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Game Bird Resources
Wed 1st September 2021
Mycoplasma - 2021 update
An update on trends in Mycoplasma cases in game birds.
We have seen significant reductions in Mycoplasma cases in game birds in recent years. This has been down to several factors, all firmly based around the BVPA Mycoplasma in game birds recommendations.

One of the greatest risk factors for Mycoplasma outbreaks is using infected caught up birds for breeding particularly where bird numbers are very high after shooting has finished. Both of these allow MG to keep circulating. The disease status of these birds is often impossible to definitively ascertain, even with blood or PCR testing, so birds may still be infected with MG, but test negative.

Can you be sure that the birds you are catching up are the same ones you put down? Probably not, as birds are known to wander; tagged birds have been shown to travel many miles over a winter. Birds never fully clear an MG infection and birds can carry MG without showing symptoms.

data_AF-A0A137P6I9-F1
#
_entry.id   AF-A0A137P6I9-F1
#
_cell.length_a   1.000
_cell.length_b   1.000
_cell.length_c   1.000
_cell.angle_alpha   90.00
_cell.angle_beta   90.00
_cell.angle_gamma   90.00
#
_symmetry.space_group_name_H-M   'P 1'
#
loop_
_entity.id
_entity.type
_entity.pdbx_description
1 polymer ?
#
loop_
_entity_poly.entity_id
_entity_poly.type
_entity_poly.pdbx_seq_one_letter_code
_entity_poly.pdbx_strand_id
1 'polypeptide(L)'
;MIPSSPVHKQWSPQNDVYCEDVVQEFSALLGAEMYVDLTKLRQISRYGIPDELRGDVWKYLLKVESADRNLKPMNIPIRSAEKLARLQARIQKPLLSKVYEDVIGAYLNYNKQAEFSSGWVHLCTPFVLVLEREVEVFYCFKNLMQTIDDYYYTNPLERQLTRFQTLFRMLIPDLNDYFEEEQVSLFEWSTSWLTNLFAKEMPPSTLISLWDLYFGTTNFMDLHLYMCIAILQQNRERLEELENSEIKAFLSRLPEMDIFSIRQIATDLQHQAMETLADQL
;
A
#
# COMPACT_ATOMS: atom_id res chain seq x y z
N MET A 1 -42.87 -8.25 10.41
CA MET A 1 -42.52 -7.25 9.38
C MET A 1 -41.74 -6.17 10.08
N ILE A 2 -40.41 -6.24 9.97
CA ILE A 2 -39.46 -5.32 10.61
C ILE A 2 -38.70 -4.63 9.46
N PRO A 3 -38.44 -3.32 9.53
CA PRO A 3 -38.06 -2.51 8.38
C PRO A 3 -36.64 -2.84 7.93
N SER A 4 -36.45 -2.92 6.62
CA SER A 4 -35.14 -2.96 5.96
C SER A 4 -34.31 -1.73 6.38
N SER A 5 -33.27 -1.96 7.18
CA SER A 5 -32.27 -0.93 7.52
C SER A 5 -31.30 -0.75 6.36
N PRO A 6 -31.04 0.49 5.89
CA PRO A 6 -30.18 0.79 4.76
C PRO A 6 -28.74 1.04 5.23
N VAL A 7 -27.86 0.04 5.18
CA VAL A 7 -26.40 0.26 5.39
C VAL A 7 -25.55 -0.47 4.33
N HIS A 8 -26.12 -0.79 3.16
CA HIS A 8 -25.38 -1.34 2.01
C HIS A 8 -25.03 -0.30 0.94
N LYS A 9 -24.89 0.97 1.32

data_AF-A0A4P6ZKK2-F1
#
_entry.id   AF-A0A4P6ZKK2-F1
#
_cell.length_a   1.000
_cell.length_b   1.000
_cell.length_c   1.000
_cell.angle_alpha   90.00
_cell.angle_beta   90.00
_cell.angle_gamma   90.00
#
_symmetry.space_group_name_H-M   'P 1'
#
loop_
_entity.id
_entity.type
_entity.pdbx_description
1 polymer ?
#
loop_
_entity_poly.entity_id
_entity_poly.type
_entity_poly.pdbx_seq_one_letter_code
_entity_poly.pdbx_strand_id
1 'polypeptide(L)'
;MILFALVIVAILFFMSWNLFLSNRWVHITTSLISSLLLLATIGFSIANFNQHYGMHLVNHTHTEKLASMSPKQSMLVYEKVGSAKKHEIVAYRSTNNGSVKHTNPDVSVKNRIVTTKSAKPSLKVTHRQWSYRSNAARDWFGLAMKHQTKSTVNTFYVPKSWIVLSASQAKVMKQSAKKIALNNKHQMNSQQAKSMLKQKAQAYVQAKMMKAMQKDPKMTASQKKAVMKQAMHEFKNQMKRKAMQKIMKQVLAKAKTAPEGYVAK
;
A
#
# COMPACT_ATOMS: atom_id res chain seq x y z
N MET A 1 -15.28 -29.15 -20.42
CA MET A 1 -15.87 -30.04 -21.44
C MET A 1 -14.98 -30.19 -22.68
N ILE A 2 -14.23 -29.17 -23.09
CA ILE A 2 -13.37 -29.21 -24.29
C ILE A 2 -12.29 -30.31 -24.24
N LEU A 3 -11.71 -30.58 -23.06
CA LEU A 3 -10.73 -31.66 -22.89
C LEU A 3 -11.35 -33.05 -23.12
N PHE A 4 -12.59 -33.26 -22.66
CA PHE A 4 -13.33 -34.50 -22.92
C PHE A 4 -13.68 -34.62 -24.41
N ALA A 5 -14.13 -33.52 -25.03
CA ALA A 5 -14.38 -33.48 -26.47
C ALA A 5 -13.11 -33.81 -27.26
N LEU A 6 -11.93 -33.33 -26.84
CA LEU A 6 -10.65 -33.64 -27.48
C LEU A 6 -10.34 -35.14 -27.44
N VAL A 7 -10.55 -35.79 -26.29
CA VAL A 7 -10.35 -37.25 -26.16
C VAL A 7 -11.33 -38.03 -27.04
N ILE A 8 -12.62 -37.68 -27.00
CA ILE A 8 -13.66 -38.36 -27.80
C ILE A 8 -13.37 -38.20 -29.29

We have seen these reductions in MG outbreaks despite having never used any MG vaccines and still advise clients against their use. MG vaccines do not stop the spread of MG (through the egg or bird to bird), but just mask the clinical signs; we have been involved with MG outbreaks in vaccinated birds. We also find infected chicks from MG vaccinated birds do not respond to treatment as well as non-vaccinated. Therefore these vaccines may be dangerous and not advised if you really want to control this infection long term - not to mention very expensive! We are pleased to see the popularity of MG vaccines decreasing over the country.

We do advise vaccination against Avian Rhinotracheitis (ART) and Coronavirus (IB virus) as these are common diseases of breeding birds that can be well controlled with vaccination.

Obviously this year poses a significant risk, as bird numbers are still very high on the ground and the temptation to keep these birds or catch up is great. We understand this may come as some financial reward to offset a difficult year, but the downstream consequences of this may far outweigh this short term gain.

Our advice would be to not catch up if this is not your normal practice and only breed from caught up birds if you can be very sure of the origin of the stock and its disease status. Even then, catching up is a risk. Birds should be closely screened for disease and a vet diagnosis should be sought upon the suspicion of disease.

Please speak to us if you are considering catching up or taking caught up birds for breeding so we can discuss the health status of the birds, management and vaccination options.